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Posted · Original PosterOP

lol I missed one thing. Why you have file_in parameter in there?

 

fopen(const char *filename, const char *mode)

 

source

microsoft being microsoft decided to make things complicated by introducing a 'safer' version of fopen (and scanf etc) by putting '_s' on the end of them. This changes the format of the arguments and generally makes less sense (or at least to me) in comparison to the standard fopen.

 

now there are ways to get around the _s bit, but as this is for a university assignment, I'm trying to avoid that due to the fact that i suspect that they want me to use the more 'secure' fopen variety...

 

thanks for your help though


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microsoft being microsoft decided to make things complicated by introducing a 'safer' version of fopen (and scanf etc) by putting '_s' on the end of them. This changes the format of the arguments and generally makes less sense (or at least to me) in comparison to the standard fopen.

 

now there are ways to get around the _s bit, but as this is for a university assignment, I'm trying to avoid that due to the fact that i suspect that they want me to use the more 'secure' fopen variety...

 

thanks for your help though

oh thats other story. Its late here where I am so I oversaw that _s :)

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Posted · Original PosterOP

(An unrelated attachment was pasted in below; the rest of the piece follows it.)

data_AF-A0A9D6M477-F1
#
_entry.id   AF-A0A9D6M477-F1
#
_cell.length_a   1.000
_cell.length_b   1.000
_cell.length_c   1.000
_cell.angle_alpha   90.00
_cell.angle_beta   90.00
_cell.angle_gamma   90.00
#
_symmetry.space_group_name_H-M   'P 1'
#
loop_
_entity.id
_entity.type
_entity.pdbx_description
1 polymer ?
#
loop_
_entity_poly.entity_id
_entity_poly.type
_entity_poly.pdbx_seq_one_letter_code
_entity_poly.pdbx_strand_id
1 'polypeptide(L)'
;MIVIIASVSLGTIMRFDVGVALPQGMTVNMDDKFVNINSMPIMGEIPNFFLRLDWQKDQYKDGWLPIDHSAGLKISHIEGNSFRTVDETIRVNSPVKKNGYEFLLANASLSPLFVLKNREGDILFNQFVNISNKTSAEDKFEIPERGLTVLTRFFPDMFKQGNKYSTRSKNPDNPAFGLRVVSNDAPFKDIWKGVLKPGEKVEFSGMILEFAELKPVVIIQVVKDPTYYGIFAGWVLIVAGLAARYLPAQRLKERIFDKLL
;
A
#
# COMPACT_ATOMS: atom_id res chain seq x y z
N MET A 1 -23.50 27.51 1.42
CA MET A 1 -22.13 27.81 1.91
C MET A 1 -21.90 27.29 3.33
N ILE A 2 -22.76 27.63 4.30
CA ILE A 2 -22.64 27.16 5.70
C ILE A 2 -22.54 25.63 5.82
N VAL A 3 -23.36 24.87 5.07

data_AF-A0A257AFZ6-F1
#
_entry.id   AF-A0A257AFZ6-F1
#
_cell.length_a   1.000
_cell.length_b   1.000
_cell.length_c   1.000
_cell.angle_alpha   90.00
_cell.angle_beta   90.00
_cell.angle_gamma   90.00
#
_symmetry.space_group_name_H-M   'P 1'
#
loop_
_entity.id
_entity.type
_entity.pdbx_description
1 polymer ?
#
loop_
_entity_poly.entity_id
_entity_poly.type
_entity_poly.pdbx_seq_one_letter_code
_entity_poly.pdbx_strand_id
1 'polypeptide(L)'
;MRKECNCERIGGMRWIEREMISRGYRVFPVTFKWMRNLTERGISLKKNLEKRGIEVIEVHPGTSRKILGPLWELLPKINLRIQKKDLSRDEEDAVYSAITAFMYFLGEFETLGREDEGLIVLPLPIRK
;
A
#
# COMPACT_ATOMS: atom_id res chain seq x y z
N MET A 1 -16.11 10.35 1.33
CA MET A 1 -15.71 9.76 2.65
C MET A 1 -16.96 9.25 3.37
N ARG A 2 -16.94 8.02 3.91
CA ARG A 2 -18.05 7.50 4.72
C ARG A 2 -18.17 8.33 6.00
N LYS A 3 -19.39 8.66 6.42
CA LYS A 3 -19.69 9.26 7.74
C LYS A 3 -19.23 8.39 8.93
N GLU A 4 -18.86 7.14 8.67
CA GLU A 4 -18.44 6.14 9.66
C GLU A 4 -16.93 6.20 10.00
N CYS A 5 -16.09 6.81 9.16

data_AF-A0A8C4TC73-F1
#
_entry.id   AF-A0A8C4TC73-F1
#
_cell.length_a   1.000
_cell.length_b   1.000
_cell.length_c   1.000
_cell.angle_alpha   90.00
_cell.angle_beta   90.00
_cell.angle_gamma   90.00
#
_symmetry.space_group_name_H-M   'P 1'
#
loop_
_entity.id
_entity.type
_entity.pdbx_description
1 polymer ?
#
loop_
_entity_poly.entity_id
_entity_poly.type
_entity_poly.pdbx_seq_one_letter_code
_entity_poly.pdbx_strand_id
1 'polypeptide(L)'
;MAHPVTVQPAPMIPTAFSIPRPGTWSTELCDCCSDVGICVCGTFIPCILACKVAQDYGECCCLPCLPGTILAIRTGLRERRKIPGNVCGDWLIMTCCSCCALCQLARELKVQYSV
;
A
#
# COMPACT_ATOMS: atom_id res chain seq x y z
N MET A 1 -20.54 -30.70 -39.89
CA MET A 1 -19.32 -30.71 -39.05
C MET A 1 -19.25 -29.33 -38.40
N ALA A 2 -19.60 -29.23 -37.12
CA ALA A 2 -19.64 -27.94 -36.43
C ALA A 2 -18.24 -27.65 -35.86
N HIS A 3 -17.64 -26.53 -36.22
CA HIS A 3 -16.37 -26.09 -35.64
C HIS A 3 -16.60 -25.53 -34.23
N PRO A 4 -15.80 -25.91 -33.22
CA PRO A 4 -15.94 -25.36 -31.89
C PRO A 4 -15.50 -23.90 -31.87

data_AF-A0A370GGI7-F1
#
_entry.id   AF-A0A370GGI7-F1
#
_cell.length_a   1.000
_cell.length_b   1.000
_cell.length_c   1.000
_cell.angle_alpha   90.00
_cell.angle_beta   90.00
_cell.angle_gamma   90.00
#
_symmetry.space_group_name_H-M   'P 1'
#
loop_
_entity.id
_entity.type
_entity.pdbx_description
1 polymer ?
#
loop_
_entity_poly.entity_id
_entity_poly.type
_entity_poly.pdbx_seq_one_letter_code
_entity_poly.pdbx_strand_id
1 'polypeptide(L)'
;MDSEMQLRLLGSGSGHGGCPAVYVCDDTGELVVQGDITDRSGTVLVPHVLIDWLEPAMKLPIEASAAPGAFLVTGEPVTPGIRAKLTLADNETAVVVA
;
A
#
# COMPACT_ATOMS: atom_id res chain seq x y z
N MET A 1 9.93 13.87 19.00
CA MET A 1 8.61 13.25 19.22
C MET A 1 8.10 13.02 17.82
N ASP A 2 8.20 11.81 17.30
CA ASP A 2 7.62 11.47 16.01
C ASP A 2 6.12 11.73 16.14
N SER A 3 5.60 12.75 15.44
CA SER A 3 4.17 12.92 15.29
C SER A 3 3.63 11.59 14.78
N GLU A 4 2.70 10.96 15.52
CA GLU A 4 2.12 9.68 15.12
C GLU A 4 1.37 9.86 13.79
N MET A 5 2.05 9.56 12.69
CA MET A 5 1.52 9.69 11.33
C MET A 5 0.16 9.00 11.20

This is still an unsolved issue for anyone reading


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Maybe try to take out the escape \ from the input. I know that you need a \\ to get a \ in C. However, looking at the output, it looks like it is not working at expected due to the string prints out like "home\\Documents\\...".

My guess is that get_s may remove the need to use the escape \ due to the fact normal users would have no clue that they need to type \\.  

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Escaping is only needed for string literals. User input doesn't need to. In your original example, you had the file paths hardcoded, and thus needed to escape them.

 

The *_s functions are done that way, so the function can return a meaningful error value. It's safer in the sense that you are handed the error code directly rather than relying on a global error flag. See the section on return values here http://msdn.microsoft.com/en-us/library/z5hh6ee9.aspx